NASA Sound Suppression Water System
The earth shaking sounds of a rocket launch produce acoustic energy that could cause damage to instruments on any rocket launch, but the space shuttle orbiter was more exposed because the payload sat much closer to the launch pad than payloads atop standard rocket launch vehicles. To counter the effects of this energy for the shuttle program, a sound suppression system was used consisting of water in different forms.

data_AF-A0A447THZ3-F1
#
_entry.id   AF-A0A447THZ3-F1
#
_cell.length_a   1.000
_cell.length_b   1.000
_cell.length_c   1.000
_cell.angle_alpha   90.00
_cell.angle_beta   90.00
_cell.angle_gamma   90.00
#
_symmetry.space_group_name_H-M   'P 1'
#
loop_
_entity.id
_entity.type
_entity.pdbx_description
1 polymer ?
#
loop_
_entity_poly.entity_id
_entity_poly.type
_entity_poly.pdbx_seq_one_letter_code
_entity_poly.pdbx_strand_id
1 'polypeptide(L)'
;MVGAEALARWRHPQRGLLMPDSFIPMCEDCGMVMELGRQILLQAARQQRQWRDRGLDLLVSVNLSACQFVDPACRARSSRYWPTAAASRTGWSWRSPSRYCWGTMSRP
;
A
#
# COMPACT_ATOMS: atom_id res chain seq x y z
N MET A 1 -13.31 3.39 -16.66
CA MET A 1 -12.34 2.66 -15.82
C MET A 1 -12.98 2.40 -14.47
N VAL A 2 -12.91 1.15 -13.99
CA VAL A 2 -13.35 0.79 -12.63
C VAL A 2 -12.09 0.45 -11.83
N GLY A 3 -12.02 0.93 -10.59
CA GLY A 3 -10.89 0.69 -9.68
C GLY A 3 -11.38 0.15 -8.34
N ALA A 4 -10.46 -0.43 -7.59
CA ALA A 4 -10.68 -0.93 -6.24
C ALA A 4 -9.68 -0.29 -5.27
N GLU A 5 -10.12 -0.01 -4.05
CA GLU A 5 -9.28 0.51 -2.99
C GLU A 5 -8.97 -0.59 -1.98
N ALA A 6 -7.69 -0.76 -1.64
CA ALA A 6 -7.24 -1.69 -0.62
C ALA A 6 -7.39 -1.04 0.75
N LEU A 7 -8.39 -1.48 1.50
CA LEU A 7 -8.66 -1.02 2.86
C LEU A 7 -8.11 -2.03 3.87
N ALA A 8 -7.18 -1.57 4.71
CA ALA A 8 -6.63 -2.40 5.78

At the base of the launch vehicle's solid rockets, high pressure and high volume water sprays in excess of 300,000 gallons per minute. The high pressure spray is complimented by large red nylon bags filled with water. VTI manufactures these bags. The system of water spray and sound suppressing bags act as hydraulic baffles reducing acoustical levels within the orbiter payload bay to about 142 decibels, below the design requirement of 145 decibels. The billowing white clouds you were used to seeing during the shuttle launches is actually not smoke, but steam from the water boiling off the launch pad.